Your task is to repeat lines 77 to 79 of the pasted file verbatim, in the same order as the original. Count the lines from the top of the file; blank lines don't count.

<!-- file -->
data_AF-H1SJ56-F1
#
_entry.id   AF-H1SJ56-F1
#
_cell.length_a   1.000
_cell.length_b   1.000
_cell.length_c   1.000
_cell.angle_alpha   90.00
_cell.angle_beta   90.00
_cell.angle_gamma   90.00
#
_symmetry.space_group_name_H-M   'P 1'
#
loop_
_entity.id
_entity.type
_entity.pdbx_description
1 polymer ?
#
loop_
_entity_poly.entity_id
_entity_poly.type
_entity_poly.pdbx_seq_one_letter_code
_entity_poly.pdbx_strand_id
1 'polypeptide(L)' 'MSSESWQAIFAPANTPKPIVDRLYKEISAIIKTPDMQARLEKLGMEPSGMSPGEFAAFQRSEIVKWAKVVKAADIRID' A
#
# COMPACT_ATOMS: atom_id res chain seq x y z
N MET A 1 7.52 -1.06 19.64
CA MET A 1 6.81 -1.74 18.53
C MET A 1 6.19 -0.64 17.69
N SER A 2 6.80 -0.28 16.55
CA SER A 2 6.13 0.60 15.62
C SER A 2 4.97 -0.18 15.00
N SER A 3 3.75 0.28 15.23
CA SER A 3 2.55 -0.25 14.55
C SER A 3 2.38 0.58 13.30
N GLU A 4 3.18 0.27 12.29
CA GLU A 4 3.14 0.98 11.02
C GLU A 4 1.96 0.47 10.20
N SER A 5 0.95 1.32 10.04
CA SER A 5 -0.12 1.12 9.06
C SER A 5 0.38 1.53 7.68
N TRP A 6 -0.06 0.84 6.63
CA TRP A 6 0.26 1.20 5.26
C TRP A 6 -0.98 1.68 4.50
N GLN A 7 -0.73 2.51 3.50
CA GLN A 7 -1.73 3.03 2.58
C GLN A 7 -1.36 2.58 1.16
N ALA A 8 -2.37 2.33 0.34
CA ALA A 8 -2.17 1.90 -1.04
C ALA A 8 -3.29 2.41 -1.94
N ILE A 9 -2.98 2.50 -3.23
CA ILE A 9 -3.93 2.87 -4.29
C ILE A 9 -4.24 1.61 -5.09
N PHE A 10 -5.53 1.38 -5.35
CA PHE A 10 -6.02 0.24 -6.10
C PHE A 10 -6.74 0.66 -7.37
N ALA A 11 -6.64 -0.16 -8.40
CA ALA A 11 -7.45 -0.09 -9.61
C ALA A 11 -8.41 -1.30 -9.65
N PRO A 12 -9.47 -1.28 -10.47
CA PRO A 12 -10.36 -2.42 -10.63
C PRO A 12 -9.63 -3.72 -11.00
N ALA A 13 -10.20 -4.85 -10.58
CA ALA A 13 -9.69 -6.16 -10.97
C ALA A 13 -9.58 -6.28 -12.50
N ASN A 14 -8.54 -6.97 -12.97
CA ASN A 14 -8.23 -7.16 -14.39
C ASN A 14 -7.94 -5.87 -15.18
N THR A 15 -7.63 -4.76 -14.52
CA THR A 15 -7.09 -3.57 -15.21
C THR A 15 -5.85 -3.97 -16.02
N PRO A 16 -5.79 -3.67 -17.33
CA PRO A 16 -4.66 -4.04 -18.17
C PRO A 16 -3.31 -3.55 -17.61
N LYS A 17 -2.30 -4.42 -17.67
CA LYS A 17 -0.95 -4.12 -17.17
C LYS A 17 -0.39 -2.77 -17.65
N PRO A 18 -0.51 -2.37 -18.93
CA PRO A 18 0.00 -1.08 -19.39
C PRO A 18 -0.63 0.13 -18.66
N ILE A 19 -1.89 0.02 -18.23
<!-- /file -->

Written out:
CA LYS A 17 -0.95 -4.12 -17.17
C LYS A 17 -0.39 -2.77 -17.65
N PRO A 18 -0.51 -2.37 -18.93